Employers' responsibilities - legal duties
What do the regulations require you to do?
The Control of Noise at Work Regulations 2005 (Noise Regulations 2005) require employers to prevent or reduce risks to health and safety from exposure to noise at work. Employees have duties under the Regulations too. The Regulations require you as an employer to:
- Assess the risks to your employees from noise at work;
- Take action to reduce the noise exposure that produces those risks;
- Provide your employees with hearing protection if you cannot reduce the noise exposure enough by using other methods;
- Make sure the legal limits on noise exposure are not exceeded;
- Provide your employees with information, instruction and training;
- Carry out health surveillance where there is a risk to health.
The Regulations do not apply to:
- members of the public exposed to noise from their non-work activities, or making an informed choice to go to noisy places;
- low-level noise that is a nuisance but causes no risk of hearing damage.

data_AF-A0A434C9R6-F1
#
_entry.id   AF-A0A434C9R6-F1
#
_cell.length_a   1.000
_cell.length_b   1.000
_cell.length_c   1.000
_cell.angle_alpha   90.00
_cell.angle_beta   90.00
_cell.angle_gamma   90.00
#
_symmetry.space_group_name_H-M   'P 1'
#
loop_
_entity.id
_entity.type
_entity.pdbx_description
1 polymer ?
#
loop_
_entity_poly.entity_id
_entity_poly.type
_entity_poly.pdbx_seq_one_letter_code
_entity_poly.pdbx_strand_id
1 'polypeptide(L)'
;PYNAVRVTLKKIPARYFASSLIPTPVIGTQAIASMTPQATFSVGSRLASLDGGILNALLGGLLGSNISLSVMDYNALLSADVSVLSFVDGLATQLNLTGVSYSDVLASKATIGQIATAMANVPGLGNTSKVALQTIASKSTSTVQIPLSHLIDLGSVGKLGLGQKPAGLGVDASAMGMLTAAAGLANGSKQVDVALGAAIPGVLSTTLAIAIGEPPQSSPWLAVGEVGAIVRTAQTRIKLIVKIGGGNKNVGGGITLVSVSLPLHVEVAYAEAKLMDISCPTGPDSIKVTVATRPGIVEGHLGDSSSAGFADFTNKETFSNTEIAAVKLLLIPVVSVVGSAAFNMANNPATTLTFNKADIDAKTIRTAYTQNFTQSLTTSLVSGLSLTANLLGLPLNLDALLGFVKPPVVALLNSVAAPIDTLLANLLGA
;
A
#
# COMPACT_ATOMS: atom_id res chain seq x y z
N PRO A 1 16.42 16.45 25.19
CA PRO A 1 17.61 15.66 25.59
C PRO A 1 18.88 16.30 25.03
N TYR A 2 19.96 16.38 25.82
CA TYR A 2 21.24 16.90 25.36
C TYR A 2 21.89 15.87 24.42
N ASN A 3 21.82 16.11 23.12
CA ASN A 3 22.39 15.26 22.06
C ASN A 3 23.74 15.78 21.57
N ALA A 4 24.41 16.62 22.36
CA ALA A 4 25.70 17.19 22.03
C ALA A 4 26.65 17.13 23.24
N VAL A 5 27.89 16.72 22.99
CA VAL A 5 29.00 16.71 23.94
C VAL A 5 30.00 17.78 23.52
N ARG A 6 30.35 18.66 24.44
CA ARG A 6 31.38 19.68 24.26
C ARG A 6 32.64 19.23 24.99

Employers in the music and entertainment sectors have until 6 April 2008 to comply with the Noise Regulations 2005. Meanwhile they must continue to comply with the Noise at Work Regulations 1989, which the 2005 Regulations replace for all other workplaces.
What are the action levels and limit values?
The Noise Regulations require you to take specific action at certain action values. These relate to:
- the levels of exposure to noise of your employees averaged over a working day or week; and
- the maximum noise (peak sound pressure) to which employees are exposed in a working day.
The values are:
- lower exposure action values:
- daily or weekly exposure of 80 dB;
- peak sound pressure of 135 dB;
- upper exposure action values:
- daily or weekly exposure of 85 dB;
- peak sound pressure of 137 dB.
The actions you need to take are described in the rest of the employers' web pages. The flow chart in Figure 1 will also help you decide what you need to do.
There are also levels of noise exposure which must not be exceeded. These are called exposure limit values:
- daily or weekly exposure of 87 dB;
- peak sound pressure of 140 dB.